Accounts — Inspection of accounts — Good faith and proper purpose: Vinciguerra v MG Corrosion Consultants Pty Ltd [2007] FCA 503


Inspection of books — Right to inspection: Boulos v Carter; Re TARBS World TV Australia Pty Ltd [2005] NSWSC 891

Remuneration of administrator — Creditors passed resolution for remuneration of administrator on time basis in accordance with plaintiff’s firm’s guide to hourly rates, subject to monetary cap: Gidley Re Aliance Motor Body Pty Ltd (2006) 24 ACLC 232, [2006] FCA 102


The rule in Turquand’s Case – persons dealing with a company in good faith may assume that acts within its constitution and powers have been duly performed and are not bound to inquire whether acts of internal management have been regular: per Mason CJ in Northside Developments v Reg-Gen 93 ALR 385 at 388

Whether all directors consented to use of common seal – whether facts of affixation creates a presumption of assent – validity of instrument – presumption of authorised execution  does not operate in favour of company Rule in Turquand’s case:  Poignand v NZI Securities 120 ALR 237

Company secretary acting without authority of the board – whether act can subsequently be ratified where to do so would adversely affect proprietary rights of third parties: NM Superannuation v Baker 7 ACSR 105

Demand signed by solicitors not creditor – whether necessary to prove that authority to sign given to the solicitors – implied authority – assertion of agency: Dennis Hanger v Kanambra 106 ALR 544

Validity of Instrument – Seal regularly fixed without authority – apparent authority – indoor management rule: Northside Developments v Reg-Gen 93 ALR 385

Whether bank “ought to know” of lack of authority of person purporting to bind company in a guarantee case: BNZ v Fiberi Pty Ltd 14 ACSR 736

Corporate personality — Agency — Control — Application for determination of preliminary issue — Issue whether company acted as agent for defendant group of companies: ACN 007 528 207 Pty Ltd (in liq) v Bird Cameron [2005] SASC 204


Whether or not arrangement amounted to a proposed arrangement between creditors: Playcorp v Venture Stores 7 ACSR 193

Deed of company arrangement — Termination — Application for orders terminating winding up of company and variation of deed of company arrangement — Applicant major creditor Forrest Nursery Pty Ltd v Lopez [2006] FCA 935


ASC investigation – objection to examinees lawyer – whether inspector entitled to exclude lawyer from examination – right of legal representation Bell v ASC 103 ALR 689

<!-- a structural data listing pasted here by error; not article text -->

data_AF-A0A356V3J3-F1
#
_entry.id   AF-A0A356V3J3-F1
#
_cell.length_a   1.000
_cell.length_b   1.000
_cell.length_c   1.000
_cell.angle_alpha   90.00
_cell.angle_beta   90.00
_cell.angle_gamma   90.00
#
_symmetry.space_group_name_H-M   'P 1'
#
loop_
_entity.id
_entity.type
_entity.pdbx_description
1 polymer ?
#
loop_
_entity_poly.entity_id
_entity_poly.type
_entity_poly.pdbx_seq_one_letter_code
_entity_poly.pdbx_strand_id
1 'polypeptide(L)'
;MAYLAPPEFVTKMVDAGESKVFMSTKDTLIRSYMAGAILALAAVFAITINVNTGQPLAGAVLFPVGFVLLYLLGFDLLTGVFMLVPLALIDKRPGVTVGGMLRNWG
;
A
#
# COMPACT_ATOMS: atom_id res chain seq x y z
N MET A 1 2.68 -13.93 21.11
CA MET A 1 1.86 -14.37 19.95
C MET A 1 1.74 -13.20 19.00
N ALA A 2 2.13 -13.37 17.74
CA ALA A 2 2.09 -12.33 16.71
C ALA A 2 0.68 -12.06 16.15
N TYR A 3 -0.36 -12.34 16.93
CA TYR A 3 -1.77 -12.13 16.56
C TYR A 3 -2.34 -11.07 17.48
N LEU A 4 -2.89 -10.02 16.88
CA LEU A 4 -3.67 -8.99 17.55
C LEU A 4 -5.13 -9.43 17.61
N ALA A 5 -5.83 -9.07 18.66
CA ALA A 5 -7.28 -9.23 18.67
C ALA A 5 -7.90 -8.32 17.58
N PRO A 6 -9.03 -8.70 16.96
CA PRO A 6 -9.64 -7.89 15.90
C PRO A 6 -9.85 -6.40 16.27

Form of notice to attend investigation – notice to state general nature of matter – meaning of matter ASC v Graco 29 FCR 491; Johns v Connor 107 ALR 465

Circumstances in which receiver will be appointed pending ASC investigation: ASC v Farmer Johnston 6 ACSR 219

Notices served by ASC requiring production of solicitors files – whether documents privileged from production: v Dalleaglces Pty Ltd v ASC 6 ACSR 498; 4 WAR 325; Walsh v Permanent Trustee (1994) 14 ASCR 653

Proof required that Commission not acting reasonably or bona fide – whether insufficient reason to suspect contravention: Little River Goldfields v Moulds 6 ACSR 299

Role of commission in proceedings under Corp Law: BTR v Westinghouse Brake 7 ACSR 122

Whether “”without prejudice”” communications must be produced if required at an examination under s 597: Re BPTC 7 ACSR 551

Whether scope of ASC investigation limited to particular contravention suspected: ASC v Lucas 7 ACSR 676

ASC authorisation to apply for court orders under section 597(2) – whether reviewable by AAT: Hong Kong Bank v ASC 108 ALR 70

Notice requiring production of books – whether notice valid: ASC v Lord (1991) 33 FCR 144.

Documents filed with ASC – assumption that matters stated therein are true – company estopped from asserting otherwise if it contributed to the assumption: Northside Developments v Reg-Gen 93 ALR 385 per Gaudron J at 434

Notice to produce – Validity of notice to produce: MacDonald v. Australian Securities Commission 116 ALR 514.

ASC notice requiring production of books – function and powers of ASC under s.1292 of Corporations Law: Coopers & Lybrand v ASC (1994) 53 FCR 599; (1994) 126 ALR 465; (1994) 15 ACSR 383;